What are the odds of a satellite re-entering over land?


I love this one! I tell people the Earth is about 75% water on its surface, so the odds favor a re-entering satellite burning up over an ocean somewhere (the point being the odds of someone getting hit are that much lower). But is that really true? Not all satellites come down along the same path, and that changes the situation. An orbital debris specialist does the math.. and it turns out the answer really is pretty close!
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Chart is skewed because there's less area at extreme latitudes (90/-90). At the poles you either have 0% land or 100% land.

All things being equal, you're more likely to impact at equatorial latitudes because the circumference is greater.
+Mark Noble True, but you can account for that doing the math of orbital inclinations, which is how this particular chart was used. In the post I have the actual percentages plot too.
+Philip Plait What does an overlay in the shipping lanes show? and what would be the odds of a ship being hit?
+Philip Plait I wonder how this plot would compare to a graph of known impact craters by latitude.
I not only knew that newsletter existed.. I've been reading and downloading for years.. except for the last several! Great source of information. Thanks for the reminder...
Interesting for quite a few reasons - just like the good old mercator projection, this graph vastly over-represents the size of antarctica and the north, and under-represents the size of the equatorial areas. Technically, as a strict interpretation of percentage, it may not, but the visual and relative effect is definitely mercator-esque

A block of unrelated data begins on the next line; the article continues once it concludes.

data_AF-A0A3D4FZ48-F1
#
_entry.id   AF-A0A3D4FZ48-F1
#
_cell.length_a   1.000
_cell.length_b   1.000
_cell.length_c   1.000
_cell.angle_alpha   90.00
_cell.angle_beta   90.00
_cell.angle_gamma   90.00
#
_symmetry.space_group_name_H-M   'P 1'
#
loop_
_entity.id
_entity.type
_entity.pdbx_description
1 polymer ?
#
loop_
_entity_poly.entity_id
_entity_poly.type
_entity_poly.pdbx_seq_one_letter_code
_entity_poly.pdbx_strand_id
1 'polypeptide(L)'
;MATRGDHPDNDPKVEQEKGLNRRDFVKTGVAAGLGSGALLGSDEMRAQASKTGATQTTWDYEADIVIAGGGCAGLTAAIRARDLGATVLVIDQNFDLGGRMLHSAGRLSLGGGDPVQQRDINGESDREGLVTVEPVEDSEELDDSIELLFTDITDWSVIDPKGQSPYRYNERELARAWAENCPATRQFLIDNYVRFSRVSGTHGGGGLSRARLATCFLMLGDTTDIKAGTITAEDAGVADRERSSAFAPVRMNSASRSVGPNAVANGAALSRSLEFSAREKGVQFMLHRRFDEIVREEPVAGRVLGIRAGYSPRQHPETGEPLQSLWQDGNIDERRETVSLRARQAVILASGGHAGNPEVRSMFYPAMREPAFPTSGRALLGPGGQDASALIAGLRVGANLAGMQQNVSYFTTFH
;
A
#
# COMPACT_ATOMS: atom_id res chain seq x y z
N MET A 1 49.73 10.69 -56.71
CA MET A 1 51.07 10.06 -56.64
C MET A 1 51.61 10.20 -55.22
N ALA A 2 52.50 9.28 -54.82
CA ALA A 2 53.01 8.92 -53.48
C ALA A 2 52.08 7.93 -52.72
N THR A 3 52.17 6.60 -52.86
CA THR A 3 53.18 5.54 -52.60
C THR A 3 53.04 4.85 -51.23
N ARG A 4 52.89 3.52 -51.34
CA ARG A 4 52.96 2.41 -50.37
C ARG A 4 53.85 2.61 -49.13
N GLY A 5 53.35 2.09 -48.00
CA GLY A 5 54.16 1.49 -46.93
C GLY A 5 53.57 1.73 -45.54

The amount of overrepresentation of high latitudes would be like a plate carrée or simple cylindrical projection, in which latitude-longitude coordinates just transform to a square grid. The factor in the Mercator would be the square of that, I think.
Is the latitude even a proper variable for this? I suppose that the orientation of the orbit (generally not parallel to the equator) would be of interest here. Two variables are needed for defining the orbit, even if the position on the orbit is considered to be stochastic and the height of the original orbit is not taken into account.

Most likely the orbits are not at all evenly distributed due to some being more practical for various purposes than others, the positions of launch sites dictating which are most economic and also for avoiding collisions by using a few standardized orbits. Someone with more interest on this should probably check with +NASA because I am simply guessing here.
That's a neat graph but how many satellite orbits parallel the equator? They like to show satellites pulling north of the Bering Sea, long course over the main mass of North America, pass quickly over the Atlantic, then presumably the long orbit above Africa and Asia. Something with proportions of landmass under the various standard orbits (inclinations?) might be more predictive.
Click through to the full article, +Lasse Kärkkäinen +Michael Rainey etc. There you'll see the percent landmass by inclination, I think presuming a random phase (longitude). The chart here is just part of the process.
Yeah, I didn't click through before but now I see it. That's really cool. Shows you'd have to try just to get one to land on your continent.
i want to see this with my own eyes "Orbital Debris Quarterly Newsletter" :)
for extreme eccentricity (Molniya) orbits, re-entry will be near perigee's latitude only, right ?
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